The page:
42

I'm currently confuse on how to mock.

I'm using Moq. To mock objects I usually write this way

 var mockIRepo = new Mock<IRepo>();

However, I need to create mock object for my setup.

Option1 Is it better to mock my object which only contain properties this way?

 var object = Mock.Of<Object>()

Option2 Or this way

 var object = new Mock<Object>()

I've read that option 2 has setupproperties which is kinda questionable to me because I could also set the properties in option 1.

Then what is the difference? Or is there a better way?

1
47

This post helped me to understand Mock.Of<T> : Old style imperative Mock<T> vs functional Mock.Of<T>

As explained in the post, with Mock.Of<T> you're saying "Give me a mock that behaves like this" (or Mocks.Of<T> if you need to get many objects (IEnumerable)). It makes the declaration of a mock more concise.

Example with Mock<T> (returns a Mock)

var el1 = new Mock<IElementInfo>();
el1.Setup(x => x.Id).Returns(Guid.NewGuid());
el1.Setup(x => x.Multiplicity).Returns(Multiplicity.Single);

var c1 = new Mock<ICollectionInfo>();
c1.Setup(x => x.Id).Returns(Guid.NewGuid());
c1.Setup(x => x.Multiplicity).Returns(Multiplicity.Multiple);

var p1 = new Mock<IPropertyInfo>();
p1.Setup(x => x.Id).Returns(Guid.NewGuid());
p1.Setup(x => x.Name).Returns("Foo" + Guid.NewGuid().ToString());
p1.Setup(x => x.Type).Returns("System.String");

var p2 = new Mock<IPropertyInfo>();
p2.Setup(x => x.Id).Returns(Guid.NewGuid());
p2.Setup(x => x.Name).Returns("Bar" + Guid.NewGuid().ToString());
p2.Setup(x => x.Type).Returns("System.String");

var elementInfoMock = new Mock<IElementInfo>();
elementInfoMock.Setup(e => e.Id).Returns(Guid.NewGuid());
elementInfoMock.Setup(e => e.Multiplicity).Returns(Multiplicity.Multiple);
elementInfoMock.Setup(e => e.Elements)
    .Returns(new List<IAbstractElementInfo>
    {
        el1.Object,
        c1.Object,
    });
elementInfoMock.Setup(x => x.Properties).Returns(
    new List<IPropertyInfo>
    {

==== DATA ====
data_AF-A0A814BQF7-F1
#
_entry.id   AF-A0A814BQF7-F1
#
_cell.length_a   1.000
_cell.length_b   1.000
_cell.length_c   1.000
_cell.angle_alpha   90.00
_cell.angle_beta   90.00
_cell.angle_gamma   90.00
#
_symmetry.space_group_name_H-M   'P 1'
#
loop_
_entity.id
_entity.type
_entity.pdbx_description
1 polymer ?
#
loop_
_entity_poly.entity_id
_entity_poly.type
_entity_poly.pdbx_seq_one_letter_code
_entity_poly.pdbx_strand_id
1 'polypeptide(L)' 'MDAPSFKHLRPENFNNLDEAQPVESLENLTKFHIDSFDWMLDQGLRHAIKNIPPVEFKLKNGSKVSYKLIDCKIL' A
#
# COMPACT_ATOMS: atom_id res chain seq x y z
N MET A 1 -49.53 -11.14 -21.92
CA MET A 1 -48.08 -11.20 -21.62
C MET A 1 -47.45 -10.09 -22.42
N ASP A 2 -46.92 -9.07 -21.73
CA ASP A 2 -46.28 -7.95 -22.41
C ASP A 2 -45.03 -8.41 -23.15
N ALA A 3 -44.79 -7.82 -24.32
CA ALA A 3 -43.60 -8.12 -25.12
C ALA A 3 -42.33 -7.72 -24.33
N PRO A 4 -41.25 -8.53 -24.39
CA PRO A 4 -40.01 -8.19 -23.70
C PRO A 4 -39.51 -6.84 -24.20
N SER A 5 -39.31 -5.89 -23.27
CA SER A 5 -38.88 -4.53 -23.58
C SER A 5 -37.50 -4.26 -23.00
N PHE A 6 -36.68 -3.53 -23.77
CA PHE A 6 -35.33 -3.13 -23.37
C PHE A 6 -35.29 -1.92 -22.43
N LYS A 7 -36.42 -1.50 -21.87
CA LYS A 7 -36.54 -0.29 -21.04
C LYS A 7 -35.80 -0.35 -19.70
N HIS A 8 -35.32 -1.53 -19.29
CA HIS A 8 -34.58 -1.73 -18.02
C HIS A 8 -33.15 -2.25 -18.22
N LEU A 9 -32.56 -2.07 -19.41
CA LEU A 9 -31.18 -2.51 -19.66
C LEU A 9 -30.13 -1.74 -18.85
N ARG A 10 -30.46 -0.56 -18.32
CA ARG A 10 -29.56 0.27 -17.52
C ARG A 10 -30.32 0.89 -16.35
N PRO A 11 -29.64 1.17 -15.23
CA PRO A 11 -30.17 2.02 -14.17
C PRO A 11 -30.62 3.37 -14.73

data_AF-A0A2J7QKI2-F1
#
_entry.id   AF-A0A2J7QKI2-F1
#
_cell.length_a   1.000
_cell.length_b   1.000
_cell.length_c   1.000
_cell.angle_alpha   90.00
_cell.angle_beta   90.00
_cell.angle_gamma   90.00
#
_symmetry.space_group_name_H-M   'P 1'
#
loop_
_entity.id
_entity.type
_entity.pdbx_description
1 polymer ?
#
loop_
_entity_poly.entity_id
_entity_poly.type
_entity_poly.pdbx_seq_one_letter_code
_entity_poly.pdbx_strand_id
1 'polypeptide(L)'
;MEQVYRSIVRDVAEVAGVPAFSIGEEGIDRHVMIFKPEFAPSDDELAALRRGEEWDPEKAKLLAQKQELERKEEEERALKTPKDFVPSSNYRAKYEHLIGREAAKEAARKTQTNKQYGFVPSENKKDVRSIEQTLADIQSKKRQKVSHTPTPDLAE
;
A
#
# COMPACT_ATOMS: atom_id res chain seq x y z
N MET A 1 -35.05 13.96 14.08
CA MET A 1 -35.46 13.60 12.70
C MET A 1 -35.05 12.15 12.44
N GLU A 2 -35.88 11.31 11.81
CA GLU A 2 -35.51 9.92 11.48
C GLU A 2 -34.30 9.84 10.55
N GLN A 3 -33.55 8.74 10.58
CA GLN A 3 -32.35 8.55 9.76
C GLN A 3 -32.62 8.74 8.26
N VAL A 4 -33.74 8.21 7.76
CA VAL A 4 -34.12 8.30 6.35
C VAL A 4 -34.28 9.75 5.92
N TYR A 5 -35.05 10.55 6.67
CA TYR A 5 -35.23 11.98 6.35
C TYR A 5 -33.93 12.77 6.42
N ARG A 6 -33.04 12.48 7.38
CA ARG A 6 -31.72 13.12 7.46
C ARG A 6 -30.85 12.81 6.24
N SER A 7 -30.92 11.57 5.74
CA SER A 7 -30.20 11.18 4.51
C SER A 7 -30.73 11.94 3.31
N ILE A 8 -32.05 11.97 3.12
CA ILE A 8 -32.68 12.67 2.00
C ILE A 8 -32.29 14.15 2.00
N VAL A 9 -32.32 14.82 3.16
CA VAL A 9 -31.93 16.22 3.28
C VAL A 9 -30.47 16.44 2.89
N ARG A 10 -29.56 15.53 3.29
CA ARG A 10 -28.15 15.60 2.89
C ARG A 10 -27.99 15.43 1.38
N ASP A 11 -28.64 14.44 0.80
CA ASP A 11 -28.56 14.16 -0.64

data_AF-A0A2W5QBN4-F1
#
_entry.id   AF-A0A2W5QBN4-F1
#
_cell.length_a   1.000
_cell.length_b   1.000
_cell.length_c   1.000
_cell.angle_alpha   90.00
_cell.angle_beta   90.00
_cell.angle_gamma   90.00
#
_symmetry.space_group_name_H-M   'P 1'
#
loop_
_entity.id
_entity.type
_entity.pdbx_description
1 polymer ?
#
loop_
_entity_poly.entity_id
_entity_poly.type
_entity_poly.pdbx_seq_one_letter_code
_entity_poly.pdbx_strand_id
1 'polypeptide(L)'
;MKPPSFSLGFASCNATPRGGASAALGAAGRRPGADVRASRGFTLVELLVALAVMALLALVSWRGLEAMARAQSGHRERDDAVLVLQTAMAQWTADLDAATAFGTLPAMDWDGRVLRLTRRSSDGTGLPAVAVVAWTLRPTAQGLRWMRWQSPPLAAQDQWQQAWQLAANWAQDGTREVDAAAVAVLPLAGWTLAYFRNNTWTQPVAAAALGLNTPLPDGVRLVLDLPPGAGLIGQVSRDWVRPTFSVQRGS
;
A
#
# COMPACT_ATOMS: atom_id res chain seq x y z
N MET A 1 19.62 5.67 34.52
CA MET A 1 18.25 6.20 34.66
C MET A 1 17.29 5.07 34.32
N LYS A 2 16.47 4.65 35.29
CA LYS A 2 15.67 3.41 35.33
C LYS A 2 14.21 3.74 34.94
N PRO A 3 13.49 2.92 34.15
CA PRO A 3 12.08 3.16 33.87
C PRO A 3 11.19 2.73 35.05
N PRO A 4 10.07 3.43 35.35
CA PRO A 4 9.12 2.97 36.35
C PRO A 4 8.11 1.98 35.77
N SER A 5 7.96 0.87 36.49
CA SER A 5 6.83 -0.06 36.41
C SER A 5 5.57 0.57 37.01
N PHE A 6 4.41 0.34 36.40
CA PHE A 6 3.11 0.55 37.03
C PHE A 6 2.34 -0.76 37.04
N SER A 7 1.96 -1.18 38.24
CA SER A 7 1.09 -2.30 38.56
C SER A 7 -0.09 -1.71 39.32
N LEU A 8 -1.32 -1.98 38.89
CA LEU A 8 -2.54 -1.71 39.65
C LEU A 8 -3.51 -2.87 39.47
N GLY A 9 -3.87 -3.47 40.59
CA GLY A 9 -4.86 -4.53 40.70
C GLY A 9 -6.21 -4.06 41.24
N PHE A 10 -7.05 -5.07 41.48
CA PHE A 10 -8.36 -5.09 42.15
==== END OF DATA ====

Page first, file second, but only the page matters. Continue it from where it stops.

p1.Object,
        p2.Object,
    });

this.elementInfo = elementInfoMock.Object;

Same example using Mock.Of<T> (returns an instance of the class)

this.elementInfo = Mock.Of<IElementInfo>(x =>
x.Id == Guid.NewGuid() &&
x.Multiplicity == Multiplicity.Multiple &&
x.Elements == new List<IAbstractElementInfo>
{
    Mock.Of<IElementInfo>(e => e.Id == Guid.NewGuid() && e.Multiplicity == Multiplicity.Single),
    Mock.Of<ICollectionInfo>(e => e.Id == Guid.NewGuid() && e.Multiplicity == Multiplicity.Single),
} &&
x.Properties == new List<IPropertyInfo>
{
    Mock.Of<IPropertyInfo>(p => p.Id == Guid.NewGuid() && p.Name == "Foo" + Guid.NewGuid() && p.Type == "System.String"),
    Mock.Of<IPropertyInfo>(p => p.Id == Guid.NewGuid() && p.Name == "Foo" + Guid.NewGuid() && p.Type == "System.String"),
});
4

Based on the answers above, I guess when you mostly want to mock properties, Mock.Of<T>() is easier, whereas when you want to mock methods etc., Mock<T> is easier.

  • Mostly mocking properties:
var foo = Mock.Of<Foo>();
foo.Property1 = 1;
foo.Property2 = 2;
foo.Property3 = 3;
  • Mostly mocking methods:
var barMock = new Mock<Bar>();
barMock.Setup(bar => bar.GetValue1()).Returns(1);
barMock.Setup(bar => bar.GetValue2Async()).ReturnsAsync(2);
2

Both do the same but with Mock.Of it's more "natural" code.

Using Mock<T> looks more like this (or with Setup/Return like your code):

var mockService = new Mock<ISomeService>();
mockService.SetupProperty(s => s.IsActive);
mockService.Object.IsActive = true;
mockService.SetupProperty(s =>s.DelayTime);
mockService.Object.DelayTime = 5000;

Using Mock.Of<T> you get directly the instance and you can set the value you want. And you can use Mock.Get() to configure any method:

var mockService = Mock.Of<ISomeService>();
mockService.IsActive = true;
mockService.DelayTime = 5000;
Mock.Get(mockService).Setup(s => s.ExecuteTask()).Returns(true);

They do the same, but for more complex services with a lot of properties and methods, I think Mock.Of<T> is more readable

1
  • Your example code for Mock.Of<>() only works if ISomeService has setters for IsActive and DelayTime. If it doesn't, declare like this: var mockService = Mock.Of<ISomeService>(mockService => mockService.IsActive == true && mockService.DelayTime == 5000); – Artemious Oct 16 '20 at 7:54

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